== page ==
Melanie: Getting the higher ones, does that matter? I have heard differing opinions on whether or not 55, 60, 75, whether those are worth using or if 30 is really just sufficient.
Dr. Vashi: Yes, 30 is sufficient. A SPF of 30 will block about 97% of the sun’s UVB rays. Higher number SPF blocks just slightly more of the sun’s UVB rays but no sunscreen can block 100% of the sun’s rays. So, it’s also important to remember that high number SPF lasts the same amount of time as low number SPF. So, a high number SPF does not allow you to just spend additional time outdoors without reapplication. All sunscreens should actually be applied approximately every two hours according to the time on the label even on cloudy days and after swimming or also even after sweating.
Melanie: What a good point, that it doesn’t necessarily give you more time. It’s just a maybe a thicker substance or protects a little bit better, but how – you said we should do it every two hours or so. What about going in water and stuff?
Dr. Vashi: So, we were talking about the label a little bit. So, on the label, you’ll see – you should see that it’s broad spectrum, so that it’s again, that means the sun protects against both UVB and UVA rays and helps prevent skin cancer and sunburn. The second thing one should look for is that SPF of 30 or higher and then we should look for is it water resistant. So, when it says water resistant; that means it’s effective for up to 40 minutes in water and when it says very water resistant; it’ effective for up to 80 minutes in the water. This means that the sunscreen will provide protection while swimming and sweating up to those times listed on the label. So, I do believe that that’s something important to look for also when purchasing a sunscreen. Manufacturers, they used to be able to write waterproof or sweatproof; but they are actually banned from claiming that now because it was felt that those terms are misleading, so really it should be just water-resistant term that one is looking for. Even when using a water-resistant sunscreen that will be effective for up to 40 minutes in water; one should still reapply after getting out of the water or after sweating a lot.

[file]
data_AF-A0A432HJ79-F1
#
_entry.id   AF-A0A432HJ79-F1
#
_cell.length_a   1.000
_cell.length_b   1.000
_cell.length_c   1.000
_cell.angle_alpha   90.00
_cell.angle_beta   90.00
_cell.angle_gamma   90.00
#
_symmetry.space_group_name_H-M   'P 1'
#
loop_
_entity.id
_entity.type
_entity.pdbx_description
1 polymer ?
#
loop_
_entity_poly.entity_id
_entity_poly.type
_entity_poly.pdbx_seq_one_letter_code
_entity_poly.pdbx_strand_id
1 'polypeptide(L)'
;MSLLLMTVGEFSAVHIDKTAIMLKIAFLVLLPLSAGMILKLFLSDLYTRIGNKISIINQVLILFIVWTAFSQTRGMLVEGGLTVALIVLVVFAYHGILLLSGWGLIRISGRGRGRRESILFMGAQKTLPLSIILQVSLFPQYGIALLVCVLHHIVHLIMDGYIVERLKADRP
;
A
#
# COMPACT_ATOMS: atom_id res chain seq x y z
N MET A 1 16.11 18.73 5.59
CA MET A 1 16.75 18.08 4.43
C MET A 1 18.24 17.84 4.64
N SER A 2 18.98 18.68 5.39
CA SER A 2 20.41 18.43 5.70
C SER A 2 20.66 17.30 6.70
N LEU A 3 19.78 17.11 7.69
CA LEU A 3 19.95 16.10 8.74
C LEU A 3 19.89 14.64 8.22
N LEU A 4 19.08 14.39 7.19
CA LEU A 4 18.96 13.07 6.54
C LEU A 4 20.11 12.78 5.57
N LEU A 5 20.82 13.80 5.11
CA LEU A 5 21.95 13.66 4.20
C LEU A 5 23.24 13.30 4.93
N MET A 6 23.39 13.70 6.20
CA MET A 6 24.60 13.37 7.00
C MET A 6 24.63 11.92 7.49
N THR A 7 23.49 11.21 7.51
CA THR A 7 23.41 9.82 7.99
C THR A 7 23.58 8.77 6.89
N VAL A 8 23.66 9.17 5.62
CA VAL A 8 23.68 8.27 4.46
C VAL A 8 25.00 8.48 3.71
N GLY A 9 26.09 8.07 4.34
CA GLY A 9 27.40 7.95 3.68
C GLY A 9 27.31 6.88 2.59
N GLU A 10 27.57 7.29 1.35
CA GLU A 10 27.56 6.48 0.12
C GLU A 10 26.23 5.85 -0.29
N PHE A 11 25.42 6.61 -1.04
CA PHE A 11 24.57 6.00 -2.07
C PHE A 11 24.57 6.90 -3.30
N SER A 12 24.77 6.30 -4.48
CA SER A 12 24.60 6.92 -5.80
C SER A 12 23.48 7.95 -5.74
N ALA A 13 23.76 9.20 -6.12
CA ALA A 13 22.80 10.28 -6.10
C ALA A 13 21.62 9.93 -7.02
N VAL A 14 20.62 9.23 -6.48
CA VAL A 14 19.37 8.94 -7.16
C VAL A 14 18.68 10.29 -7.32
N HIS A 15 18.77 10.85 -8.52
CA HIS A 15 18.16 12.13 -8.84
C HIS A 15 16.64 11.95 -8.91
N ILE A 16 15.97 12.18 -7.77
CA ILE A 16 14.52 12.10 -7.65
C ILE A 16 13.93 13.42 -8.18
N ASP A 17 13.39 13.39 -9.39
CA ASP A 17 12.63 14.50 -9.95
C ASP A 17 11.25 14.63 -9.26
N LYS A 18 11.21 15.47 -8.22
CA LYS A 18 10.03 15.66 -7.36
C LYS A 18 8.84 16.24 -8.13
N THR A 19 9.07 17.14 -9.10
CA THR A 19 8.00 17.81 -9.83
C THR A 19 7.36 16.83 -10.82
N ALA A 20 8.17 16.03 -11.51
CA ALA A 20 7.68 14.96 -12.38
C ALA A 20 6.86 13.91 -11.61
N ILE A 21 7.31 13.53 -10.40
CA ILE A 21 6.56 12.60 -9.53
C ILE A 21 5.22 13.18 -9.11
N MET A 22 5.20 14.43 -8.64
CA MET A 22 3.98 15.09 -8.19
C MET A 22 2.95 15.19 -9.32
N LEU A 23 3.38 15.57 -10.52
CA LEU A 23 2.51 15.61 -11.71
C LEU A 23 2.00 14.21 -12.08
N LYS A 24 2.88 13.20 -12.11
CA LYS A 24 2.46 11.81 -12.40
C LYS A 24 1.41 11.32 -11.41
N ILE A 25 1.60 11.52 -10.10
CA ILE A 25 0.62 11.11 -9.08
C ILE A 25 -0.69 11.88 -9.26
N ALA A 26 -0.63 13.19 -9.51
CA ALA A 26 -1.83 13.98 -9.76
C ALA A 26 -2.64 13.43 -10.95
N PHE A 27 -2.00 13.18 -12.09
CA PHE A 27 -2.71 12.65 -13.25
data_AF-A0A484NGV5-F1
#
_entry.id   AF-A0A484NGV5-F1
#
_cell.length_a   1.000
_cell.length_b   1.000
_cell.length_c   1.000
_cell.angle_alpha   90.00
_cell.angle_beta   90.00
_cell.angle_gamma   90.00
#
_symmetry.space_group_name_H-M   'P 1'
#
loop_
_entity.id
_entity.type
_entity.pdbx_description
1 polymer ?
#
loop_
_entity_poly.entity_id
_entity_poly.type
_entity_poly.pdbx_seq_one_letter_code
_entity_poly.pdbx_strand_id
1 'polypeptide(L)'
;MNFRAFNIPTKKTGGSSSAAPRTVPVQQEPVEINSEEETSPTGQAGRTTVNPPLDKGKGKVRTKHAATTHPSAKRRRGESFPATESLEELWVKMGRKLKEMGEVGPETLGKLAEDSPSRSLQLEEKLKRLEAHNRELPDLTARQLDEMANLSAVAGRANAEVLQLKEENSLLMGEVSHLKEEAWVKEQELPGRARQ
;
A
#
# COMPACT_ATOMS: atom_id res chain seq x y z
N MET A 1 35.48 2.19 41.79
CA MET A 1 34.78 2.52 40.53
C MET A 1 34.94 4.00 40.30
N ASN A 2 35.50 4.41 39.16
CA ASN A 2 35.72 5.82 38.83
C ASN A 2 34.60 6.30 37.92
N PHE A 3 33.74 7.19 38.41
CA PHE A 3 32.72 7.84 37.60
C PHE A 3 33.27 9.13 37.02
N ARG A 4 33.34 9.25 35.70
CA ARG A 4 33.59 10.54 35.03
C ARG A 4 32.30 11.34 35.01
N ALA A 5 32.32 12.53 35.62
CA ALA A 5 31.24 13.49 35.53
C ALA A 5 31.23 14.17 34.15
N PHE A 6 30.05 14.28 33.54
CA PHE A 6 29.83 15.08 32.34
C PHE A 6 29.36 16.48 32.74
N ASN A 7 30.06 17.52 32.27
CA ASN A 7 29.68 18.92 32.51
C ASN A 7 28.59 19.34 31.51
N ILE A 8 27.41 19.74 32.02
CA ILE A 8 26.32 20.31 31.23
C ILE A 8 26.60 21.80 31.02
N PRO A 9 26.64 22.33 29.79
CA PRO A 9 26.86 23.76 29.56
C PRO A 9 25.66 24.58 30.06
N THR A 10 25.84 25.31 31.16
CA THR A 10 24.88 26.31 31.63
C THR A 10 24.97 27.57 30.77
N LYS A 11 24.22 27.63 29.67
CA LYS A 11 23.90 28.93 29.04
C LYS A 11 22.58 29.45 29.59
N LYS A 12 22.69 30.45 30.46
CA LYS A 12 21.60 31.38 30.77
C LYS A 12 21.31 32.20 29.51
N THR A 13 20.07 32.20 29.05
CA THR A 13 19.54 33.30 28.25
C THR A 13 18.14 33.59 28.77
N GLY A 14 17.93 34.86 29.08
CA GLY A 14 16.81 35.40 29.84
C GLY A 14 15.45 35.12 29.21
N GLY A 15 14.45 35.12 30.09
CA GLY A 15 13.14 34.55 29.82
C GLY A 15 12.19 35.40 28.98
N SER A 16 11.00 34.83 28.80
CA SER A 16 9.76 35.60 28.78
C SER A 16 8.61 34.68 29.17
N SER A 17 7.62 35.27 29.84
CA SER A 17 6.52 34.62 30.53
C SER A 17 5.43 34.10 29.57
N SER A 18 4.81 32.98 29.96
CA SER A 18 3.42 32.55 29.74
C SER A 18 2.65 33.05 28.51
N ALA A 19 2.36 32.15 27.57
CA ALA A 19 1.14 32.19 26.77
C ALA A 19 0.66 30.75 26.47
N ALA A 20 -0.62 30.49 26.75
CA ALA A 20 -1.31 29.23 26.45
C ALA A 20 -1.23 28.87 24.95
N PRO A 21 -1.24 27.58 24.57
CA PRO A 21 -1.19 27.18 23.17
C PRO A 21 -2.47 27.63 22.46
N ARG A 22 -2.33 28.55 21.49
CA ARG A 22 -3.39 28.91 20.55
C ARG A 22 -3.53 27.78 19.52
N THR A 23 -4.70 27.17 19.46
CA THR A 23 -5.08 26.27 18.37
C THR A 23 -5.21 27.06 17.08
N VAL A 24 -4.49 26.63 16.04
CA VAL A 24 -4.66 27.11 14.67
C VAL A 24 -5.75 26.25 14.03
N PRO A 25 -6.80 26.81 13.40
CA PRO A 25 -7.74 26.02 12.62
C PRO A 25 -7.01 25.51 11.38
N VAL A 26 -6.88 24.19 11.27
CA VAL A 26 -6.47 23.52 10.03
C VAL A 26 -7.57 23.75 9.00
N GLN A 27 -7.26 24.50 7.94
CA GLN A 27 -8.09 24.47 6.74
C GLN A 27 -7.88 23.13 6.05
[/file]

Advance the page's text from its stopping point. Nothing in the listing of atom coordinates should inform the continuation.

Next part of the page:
Melanie: Dr. Vashi, do sunscreens expire? So, should we buy new sunscreen every year?